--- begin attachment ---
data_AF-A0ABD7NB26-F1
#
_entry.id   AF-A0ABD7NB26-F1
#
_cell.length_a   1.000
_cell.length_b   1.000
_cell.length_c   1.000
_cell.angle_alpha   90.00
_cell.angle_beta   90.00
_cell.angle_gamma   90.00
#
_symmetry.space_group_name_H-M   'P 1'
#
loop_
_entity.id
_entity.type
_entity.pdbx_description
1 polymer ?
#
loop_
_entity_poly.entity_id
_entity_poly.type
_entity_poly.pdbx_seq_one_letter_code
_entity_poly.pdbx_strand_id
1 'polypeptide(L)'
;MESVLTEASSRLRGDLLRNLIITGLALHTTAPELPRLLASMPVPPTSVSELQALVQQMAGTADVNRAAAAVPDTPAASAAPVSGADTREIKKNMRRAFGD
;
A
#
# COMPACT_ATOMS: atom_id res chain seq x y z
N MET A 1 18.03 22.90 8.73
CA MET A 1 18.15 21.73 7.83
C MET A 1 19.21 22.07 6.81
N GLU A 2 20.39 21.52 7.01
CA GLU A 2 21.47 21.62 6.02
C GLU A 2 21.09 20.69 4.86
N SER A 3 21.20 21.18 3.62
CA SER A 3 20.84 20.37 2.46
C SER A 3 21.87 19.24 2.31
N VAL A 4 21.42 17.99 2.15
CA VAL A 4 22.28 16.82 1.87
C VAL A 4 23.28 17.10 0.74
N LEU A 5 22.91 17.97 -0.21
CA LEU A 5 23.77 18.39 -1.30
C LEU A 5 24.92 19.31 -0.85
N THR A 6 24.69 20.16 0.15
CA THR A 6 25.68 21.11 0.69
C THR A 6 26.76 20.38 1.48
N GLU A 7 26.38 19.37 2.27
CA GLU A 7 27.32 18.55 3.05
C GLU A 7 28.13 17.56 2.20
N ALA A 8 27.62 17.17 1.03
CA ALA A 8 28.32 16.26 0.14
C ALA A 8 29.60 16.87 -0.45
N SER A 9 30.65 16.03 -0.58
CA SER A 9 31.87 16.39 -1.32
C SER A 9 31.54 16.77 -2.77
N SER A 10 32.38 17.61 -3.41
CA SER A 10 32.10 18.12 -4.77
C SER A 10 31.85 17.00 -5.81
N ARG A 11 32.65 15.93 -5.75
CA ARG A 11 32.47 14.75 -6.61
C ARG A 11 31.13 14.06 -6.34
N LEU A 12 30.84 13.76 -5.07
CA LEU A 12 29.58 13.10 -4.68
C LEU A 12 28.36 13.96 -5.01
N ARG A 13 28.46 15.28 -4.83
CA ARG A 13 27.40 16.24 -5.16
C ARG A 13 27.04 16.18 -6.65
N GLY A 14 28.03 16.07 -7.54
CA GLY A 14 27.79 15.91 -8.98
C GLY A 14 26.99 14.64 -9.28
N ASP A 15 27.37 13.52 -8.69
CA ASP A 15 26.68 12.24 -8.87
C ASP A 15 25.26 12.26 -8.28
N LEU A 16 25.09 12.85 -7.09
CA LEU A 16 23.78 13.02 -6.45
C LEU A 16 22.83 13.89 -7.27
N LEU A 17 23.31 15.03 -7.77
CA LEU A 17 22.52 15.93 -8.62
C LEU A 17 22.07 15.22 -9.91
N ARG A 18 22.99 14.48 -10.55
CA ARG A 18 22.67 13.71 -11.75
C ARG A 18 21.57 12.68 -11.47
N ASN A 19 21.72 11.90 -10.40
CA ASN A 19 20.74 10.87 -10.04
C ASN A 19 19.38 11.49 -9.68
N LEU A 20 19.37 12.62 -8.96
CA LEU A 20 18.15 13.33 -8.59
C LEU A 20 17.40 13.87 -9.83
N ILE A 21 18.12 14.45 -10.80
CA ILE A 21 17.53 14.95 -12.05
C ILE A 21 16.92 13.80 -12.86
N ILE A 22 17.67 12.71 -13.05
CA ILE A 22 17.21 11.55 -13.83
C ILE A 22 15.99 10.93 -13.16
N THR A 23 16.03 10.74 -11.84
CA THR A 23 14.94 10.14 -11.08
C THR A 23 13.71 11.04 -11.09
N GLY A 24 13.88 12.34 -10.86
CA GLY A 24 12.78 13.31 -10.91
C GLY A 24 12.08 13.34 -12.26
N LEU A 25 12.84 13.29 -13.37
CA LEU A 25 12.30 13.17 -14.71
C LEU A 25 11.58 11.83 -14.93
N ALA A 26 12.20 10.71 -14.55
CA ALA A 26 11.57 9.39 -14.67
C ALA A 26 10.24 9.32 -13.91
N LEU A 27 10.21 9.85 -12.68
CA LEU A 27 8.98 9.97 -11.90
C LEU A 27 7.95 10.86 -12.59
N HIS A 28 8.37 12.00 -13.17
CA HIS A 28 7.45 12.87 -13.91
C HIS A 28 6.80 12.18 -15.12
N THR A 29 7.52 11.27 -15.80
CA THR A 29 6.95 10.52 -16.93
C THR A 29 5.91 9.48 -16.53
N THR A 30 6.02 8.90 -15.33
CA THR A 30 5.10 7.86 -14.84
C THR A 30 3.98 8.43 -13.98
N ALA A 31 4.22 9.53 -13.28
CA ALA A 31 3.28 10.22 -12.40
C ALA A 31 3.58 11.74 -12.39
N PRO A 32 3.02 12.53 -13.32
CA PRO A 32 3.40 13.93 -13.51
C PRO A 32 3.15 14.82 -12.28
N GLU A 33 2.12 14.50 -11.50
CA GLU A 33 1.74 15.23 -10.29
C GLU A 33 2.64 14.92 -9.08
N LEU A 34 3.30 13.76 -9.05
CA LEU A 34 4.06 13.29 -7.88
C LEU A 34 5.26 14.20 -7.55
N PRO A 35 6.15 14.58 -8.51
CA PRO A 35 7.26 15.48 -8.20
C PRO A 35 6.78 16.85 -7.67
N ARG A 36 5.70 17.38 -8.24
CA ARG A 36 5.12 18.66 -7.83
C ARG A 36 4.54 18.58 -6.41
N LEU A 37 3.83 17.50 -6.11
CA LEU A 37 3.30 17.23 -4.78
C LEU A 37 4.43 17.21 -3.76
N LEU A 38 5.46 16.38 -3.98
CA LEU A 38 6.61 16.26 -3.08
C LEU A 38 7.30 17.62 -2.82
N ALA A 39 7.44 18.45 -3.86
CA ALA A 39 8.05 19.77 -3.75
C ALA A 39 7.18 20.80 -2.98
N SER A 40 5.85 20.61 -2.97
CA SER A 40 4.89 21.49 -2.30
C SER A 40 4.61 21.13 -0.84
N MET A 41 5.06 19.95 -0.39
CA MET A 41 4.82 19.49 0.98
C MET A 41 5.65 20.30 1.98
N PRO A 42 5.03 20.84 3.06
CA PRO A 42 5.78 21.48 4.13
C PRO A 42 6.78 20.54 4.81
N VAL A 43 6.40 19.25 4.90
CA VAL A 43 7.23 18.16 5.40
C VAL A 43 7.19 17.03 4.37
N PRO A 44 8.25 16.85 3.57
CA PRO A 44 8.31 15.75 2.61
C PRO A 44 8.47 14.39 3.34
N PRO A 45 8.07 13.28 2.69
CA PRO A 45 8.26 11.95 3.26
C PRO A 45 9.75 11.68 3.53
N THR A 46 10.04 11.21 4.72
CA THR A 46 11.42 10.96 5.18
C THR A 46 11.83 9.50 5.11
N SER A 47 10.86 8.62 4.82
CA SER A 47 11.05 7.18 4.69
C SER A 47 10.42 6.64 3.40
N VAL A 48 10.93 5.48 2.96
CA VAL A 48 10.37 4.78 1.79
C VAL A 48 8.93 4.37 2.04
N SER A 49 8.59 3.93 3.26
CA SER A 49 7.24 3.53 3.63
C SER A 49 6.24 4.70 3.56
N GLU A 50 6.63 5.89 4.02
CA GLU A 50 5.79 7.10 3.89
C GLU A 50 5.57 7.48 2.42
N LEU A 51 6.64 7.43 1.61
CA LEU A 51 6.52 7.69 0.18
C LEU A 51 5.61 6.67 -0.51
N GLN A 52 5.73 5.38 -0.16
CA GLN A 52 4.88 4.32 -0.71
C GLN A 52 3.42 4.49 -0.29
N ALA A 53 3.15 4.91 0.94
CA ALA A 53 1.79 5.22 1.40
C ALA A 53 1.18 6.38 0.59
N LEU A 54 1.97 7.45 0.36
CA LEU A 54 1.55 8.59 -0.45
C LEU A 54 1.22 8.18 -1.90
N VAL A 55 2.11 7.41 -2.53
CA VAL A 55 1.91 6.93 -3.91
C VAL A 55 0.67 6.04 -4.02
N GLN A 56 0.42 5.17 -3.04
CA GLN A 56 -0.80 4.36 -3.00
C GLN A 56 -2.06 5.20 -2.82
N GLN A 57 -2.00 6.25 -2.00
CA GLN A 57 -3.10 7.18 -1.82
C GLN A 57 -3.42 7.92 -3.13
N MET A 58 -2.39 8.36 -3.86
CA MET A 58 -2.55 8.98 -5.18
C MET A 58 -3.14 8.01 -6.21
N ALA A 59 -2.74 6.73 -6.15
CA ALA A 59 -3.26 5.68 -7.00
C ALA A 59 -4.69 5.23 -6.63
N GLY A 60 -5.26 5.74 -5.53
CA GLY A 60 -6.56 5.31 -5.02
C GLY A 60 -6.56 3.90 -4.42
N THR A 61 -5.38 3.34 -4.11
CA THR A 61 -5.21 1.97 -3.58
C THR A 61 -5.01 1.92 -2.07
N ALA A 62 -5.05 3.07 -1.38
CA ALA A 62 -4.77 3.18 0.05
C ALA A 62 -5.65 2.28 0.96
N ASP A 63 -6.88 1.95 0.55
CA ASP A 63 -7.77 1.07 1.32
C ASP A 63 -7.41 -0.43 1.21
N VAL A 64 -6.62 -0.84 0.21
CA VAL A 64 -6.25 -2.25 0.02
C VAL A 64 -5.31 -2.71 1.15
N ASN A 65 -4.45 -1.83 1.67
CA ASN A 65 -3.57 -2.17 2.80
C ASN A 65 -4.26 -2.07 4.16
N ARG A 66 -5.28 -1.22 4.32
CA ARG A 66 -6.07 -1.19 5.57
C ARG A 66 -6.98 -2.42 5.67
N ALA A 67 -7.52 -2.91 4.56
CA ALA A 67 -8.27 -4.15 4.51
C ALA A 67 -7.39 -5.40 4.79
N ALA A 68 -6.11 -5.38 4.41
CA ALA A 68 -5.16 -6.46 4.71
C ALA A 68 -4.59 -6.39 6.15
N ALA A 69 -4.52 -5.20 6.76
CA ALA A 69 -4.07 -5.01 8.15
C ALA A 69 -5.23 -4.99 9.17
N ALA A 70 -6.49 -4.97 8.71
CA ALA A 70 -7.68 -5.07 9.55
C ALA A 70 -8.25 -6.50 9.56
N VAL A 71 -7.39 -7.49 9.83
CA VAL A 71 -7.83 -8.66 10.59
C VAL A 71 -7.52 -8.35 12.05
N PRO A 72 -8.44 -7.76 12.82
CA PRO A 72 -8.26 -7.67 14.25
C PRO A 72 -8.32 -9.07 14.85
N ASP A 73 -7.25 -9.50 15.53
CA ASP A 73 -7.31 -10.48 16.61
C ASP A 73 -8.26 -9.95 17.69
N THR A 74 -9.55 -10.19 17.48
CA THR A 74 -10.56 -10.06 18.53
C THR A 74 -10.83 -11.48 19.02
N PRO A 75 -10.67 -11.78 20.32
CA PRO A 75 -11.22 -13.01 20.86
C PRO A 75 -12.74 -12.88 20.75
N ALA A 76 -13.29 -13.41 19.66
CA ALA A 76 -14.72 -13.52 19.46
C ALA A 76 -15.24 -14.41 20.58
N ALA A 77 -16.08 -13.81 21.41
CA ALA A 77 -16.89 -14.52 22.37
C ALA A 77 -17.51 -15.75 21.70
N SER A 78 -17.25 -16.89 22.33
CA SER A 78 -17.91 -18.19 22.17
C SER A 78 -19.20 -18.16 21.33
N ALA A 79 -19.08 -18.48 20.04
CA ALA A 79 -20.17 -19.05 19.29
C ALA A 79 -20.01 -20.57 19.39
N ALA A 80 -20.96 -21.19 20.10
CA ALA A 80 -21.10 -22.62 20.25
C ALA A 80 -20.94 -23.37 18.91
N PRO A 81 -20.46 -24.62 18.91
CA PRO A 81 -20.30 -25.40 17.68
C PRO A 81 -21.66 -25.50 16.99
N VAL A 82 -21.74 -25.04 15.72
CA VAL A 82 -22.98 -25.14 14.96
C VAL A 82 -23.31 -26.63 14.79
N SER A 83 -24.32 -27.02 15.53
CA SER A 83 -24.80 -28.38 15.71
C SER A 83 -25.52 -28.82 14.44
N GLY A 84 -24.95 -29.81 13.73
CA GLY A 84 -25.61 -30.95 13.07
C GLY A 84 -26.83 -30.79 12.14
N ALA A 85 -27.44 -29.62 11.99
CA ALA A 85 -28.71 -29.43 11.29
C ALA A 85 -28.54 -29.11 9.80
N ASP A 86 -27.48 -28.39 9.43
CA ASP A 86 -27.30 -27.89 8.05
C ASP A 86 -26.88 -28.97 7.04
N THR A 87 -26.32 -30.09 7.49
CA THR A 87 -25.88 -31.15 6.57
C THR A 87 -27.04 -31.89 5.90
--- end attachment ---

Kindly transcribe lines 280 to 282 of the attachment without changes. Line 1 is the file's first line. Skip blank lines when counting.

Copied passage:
N GLY A 84 -24.95 -29.81 13.73
CA GLY A 84 -25.61 -30.95 13.07
C GLY A 84 -26.83 -30.79 12.14